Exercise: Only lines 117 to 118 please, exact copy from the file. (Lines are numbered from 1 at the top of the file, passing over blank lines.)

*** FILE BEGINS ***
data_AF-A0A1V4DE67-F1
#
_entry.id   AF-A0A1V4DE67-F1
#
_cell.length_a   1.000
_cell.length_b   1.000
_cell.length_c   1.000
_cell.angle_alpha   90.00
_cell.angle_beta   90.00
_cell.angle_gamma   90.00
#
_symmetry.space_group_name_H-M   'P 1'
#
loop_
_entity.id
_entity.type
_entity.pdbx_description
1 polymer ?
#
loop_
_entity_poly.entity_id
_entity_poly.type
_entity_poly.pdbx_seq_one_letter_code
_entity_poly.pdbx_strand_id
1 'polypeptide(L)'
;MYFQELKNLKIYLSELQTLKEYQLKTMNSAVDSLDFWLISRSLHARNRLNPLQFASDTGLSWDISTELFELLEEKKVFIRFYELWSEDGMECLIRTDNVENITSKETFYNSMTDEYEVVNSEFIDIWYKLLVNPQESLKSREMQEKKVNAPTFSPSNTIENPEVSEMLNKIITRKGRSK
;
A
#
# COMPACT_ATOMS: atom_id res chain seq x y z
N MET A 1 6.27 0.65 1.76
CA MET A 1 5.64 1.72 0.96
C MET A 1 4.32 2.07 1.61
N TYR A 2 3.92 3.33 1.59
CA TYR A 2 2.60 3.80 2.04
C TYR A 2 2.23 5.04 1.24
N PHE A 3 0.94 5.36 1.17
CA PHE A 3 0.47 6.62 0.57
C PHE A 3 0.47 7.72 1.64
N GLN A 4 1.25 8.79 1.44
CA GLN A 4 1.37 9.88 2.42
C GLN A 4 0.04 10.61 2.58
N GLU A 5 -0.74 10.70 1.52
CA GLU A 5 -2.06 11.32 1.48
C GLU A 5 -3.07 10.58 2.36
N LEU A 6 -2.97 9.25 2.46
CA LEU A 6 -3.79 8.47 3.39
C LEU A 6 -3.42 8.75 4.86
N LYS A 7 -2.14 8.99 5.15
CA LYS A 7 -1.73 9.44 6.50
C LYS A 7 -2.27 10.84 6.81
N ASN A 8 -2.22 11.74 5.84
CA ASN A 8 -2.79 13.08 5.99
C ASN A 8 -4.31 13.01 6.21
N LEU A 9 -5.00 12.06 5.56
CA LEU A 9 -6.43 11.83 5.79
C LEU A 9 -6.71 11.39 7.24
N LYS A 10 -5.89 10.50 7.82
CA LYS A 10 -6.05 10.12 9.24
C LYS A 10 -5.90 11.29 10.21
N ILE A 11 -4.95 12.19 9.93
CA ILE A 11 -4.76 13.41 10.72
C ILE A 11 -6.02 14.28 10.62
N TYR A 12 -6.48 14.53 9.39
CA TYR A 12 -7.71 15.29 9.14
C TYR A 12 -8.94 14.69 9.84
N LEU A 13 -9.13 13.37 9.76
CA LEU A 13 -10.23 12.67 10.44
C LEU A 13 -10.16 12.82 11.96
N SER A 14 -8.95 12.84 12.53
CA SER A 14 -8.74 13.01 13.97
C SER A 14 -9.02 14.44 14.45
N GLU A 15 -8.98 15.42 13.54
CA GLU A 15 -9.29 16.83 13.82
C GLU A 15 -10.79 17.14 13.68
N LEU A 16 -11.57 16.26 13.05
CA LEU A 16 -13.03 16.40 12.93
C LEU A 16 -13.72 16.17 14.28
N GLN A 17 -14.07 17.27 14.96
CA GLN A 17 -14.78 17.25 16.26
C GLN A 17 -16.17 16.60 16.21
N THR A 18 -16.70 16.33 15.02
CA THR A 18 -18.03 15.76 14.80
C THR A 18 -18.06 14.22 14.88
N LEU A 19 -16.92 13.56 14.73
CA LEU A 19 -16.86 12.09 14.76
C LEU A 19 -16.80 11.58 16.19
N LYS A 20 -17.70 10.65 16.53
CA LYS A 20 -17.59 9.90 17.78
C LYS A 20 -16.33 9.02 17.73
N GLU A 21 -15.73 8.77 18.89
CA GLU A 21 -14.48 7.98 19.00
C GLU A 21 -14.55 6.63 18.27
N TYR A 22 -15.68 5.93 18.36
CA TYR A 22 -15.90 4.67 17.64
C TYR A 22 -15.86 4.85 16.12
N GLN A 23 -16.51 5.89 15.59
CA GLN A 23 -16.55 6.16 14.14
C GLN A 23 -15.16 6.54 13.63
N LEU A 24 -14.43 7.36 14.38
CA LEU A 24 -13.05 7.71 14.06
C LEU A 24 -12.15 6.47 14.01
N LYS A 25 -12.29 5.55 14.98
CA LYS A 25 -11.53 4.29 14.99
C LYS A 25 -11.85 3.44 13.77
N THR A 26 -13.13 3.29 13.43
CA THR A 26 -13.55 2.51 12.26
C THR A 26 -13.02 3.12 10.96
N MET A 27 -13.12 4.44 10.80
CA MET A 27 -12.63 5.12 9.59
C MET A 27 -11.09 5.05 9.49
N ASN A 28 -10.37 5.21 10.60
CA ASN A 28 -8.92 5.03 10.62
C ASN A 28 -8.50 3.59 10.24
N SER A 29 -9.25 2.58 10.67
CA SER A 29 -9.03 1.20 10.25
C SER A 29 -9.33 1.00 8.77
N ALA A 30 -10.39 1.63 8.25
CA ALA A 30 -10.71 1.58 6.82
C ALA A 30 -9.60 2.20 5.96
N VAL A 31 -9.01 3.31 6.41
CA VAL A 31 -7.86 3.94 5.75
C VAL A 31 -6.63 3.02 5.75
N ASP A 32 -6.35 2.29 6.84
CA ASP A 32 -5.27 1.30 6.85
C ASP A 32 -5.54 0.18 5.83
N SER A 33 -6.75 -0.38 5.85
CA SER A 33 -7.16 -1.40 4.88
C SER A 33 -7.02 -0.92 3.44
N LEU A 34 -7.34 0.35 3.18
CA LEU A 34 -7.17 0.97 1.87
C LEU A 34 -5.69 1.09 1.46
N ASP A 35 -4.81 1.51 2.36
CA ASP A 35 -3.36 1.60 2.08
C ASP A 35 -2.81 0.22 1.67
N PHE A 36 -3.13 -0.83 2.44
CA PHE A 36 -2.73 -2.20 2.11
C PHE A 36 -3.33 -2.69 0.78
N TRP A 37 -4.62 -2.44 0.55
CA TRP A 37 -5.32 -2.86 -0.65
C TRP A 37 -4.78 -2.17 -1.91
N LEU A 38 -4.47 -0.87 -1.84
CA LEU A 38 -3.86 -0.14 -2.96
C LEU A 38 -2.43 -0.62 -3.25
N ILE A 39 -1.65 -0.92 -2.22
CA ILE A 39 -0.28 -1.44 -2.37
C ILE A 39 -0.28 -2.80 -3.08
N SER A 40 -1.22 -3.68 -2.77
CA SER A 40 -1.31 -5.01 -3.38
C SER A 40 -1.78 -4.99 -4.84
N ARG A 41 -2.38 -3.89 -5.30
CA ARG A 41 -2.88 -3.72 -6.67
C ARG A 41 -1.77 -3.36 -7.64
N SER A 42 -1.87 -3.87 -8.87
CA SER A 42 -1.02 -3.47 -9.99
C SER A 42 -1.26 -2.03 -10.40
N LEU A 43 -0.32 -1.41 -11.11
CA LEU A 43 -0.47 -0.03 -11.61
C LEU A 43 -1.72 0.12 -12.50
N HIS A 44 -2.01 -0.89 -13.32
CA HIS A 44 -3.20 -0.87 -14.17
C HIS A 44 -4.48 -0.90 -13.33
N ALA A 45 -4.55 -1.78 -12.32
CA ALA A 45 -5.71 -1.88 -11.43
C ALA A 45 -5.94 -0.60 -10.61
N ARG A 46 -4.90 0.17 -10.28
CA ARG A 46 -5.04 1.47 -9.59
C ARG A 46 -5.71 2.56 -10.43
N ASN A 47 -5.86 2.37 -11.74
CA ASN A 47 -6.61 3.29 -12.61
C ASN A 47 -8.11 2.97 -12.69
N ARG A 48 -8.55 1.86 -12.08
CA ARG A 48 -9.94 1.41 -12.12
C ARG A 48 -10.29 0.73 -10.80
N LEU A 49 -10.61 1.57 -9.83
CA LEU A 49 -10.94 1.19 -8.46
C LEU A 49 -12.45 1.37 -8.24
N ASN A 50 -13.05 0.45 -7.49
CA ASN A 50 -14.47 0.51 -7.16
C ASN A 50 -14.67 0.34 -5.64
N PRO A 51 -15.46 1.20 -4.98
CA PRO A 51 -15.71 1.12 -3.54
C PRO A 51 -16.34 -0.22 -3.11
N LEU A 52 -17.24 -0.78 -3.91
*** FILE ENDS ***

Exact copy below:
C SER A 29 -9.33 1.00 8.77
N ALA A 30 -10.39 1.63 8.25